What are cross-functional teams and how do they work? How can you create and manage them effectively? And what are the benefits and challenges of working in a cross-functional team?
In this blog, we will answer these questions and more. We will explain what cross-functional teams are and why they are important. We will also share some best practices and tips on how to build and lead cross-functional teams that deliver value and innovation.
What is meant by a cross-functional team?
A cross-functional team is a group of individuals with different skill sets who conjoin to fulfill a shared goal. A cross-functional team comprises employees from a variety of levels within the organization.
People with different levels of expertise, different job roles, and different departments constitute a cross-functional team. Such a team may possess a unique decision-making power than the other departments. For example, the team may directly present its proposals and findings to the senior-most leader rather than going through the typical approval process.
Various Types of Cross-Functional Teams
The types of cross-functional teams vary according to the type of organization.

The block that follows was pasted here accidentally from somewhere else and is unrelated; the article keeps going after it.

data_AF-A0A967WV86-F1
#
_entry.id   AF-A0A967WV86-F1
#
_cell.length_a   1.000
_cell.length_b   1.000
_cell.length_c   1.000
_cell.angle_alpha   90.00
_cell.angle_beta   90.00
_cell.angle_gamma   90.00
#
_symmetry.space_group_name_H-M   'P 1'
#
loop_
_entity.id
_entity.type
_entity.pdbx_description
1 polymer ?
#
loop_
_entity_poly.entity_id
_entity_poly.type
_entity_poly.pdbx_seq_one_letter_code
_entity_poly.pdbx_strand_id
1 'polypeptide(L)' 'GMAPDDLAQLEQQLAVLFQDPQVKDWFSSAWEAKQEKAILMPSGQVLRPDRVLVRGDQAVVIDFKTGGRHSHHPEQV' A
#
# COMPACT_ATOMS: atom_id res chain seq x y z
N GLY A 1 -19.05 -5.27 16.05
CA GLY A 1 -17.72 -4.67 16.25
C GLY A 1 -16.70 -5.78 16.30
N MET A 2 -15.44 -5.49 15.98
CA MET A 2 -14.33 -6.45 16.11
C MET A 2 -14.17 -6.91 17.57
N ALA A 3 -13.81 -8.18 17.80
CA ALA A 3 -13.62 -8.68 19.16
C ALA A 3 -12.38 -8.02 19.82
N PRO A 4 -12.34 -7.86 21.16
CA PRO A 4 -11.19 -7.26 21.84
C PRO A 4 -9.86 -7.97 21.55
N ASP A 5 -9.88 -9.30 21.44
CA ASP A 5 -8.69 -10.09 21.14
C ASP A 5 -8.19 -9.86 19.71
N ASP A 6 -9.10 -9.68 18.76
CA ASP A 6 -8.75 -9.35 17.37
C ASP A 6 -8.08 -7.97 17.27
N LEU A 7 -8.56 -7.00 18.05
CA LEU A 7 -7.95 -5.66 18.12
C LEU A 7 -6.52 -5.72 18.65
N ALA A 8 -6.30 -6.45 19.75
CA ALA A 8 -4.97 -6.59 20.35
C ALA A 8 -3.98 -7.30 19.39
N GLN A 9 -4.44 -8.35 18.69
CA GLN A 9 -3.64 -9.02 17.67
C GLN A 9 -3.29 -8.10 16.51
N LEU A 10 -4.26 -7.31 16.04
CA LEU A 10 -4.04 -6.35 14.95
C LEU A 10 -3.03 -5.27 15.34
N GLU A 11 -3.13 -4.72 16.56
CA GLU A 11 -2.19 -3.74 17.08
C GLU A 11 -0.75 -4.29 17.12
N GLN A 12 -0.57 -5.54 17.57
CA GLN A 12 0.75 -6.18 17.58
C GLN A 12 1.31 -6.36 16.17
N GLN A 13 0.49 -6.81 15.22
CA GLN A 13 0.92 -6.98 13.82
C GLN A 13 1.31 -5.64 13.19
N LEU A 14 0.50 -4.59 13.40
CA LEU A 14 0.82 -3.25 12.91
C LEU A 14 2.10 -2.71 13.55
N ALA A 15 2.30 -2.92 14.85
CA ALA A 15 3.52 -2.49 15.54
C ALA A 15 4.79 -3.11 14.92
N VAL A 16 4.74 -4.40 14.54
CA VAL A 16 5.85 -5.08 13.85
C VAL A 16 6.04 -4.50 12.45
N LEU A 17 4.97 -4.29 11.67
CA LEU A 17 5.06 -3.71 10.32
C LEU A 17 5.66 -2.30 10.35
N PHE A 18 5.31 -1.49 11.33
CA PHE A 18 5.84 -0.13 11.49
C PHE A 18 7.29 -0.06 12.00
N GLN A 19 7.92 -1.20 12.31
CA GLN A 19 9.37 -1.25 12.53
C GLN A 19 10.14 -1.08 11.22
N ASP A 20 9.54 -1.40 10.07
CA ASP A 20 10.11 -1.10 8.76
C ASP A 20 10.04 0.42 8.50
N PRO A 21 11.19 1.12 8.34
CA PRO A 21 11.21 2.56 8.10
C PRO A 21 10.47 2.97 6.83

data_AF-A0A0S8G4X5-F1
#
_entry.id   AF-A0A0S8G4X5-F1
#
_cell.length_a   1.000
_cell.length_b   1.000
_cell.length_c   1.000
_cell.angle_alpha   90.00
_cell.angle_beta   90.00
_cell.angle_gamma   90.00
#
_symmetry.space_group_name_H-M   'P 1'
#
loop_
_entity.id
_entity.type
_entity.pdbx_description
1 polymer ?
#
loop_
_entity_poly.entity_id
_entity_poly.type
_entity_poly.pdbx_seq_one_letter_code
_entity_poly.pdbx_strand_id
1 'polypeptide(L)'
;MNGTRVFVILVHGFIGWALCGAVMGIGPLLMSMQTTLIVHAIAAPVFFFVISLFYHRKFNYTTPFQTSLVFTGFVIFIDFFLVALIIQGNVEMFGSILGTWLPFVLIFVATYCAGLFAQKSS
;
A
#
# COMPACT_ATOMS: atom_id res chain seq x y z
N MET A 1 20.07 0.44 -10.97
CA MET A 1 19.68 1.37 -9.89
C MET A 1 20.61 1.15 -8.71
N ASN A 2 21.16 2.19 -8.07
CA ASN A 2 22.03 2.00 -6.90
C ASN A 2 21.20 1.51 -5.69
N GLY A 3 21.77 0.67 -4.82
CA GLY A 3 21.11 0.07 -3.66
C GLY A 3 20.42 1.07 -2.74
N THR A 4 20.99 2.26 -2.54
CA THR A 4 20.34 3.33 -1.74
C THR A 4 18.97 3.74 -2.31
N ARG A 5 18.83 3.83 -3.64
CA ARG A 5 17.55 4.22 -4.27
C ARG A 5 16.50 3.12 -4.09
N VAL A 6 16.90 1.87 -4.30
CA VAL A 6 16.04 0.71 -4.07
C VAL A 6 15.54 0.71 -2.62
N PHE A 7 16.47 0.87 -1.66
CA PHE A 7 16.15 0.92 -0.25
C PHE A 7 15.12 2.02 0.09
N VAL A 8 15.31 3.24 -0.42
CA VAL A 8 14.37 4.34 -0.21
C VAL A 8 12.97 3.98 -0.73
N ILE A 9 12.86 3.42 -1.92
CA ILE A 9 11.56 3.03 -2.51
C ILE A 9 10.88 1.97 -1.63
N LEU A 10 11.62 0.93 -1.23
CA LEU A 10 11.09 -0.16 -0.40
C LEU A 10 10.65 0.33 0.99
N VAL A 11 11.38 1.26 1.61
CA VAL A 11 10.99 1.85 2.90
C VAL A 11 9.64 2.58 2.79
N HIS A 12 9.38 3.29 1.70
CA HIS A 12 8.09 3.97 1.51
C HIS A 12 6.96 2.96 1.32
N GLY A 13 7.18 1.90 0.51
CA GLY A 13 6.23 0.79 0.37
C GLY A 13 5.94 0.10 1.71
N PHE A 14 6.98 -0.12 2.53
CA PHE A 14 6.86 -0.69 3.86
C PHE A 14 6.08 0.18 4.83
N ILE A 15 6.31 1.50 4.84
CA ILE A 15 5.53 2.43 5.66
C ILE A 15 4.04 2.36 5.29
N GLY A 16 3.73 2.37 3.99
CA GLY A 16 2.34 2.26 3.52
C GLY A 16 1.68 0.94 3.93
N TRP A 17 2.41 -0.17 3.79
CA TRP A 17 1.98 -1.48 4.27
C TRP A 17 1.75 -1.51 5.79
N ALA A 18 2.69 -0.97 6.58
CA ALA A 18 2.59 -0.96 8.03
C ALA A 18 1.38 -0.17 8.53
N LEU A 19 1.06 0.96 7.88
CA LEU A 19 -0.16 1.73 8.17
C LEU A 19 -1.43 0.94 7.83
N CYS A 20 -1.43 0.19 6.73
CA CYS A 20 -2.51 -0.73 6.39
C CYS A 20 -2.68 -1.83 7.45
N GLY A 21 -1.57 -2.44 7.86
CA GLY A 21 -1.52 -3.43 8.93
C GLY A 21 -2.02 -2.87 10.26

Small-sized businesses and start-ups tend to work cross-functionally, considering the nature of their size. The organizations are not large enough to have a number of specialized departments. Hence, employees possessing diverse expertise work mutually on decision-making.
Larger businesses, on the other hand, are most likely to set up different cross-functional teams for different goals and projects. They continue to have specific and individual departments for organizational functions. Apart from that, cross-functional teams may be formed for the required purposes.
There may be other larger corporations where cross-functional teams constitute the primary organizational structure.
Creative and vibrant cross-functional teams can also be formed through the process of ideation; where unique and compelling ideas can help you form an effective cross-functional team.
Reasons for creating a cross-functional team
Cross-functional teams are highly effective at responding to the tasks and evolving challenges of the contemporary business landscape. There are rapid changes to the business function, and innovation is crucial for survival in the long run.
Cross-functional teams allow corporations to work more efficiently and faster by reflecting good business sense. The most successful teams even provide opportunities to have ‘trial runs’ for their new projects before employing a completely new team for the project.
The blight of ‘groupthink’ is effectively overcome through the use of cross-functional teams. It is highly probable to overlook key concerns if every individual thinks alike. When all members of the project team come from the same departmental background, they may not want to question or challenge conventional assumptions. A cross-functional team is well-suited to come up with ground-breaking solutions to existing problems and challenge the status quo.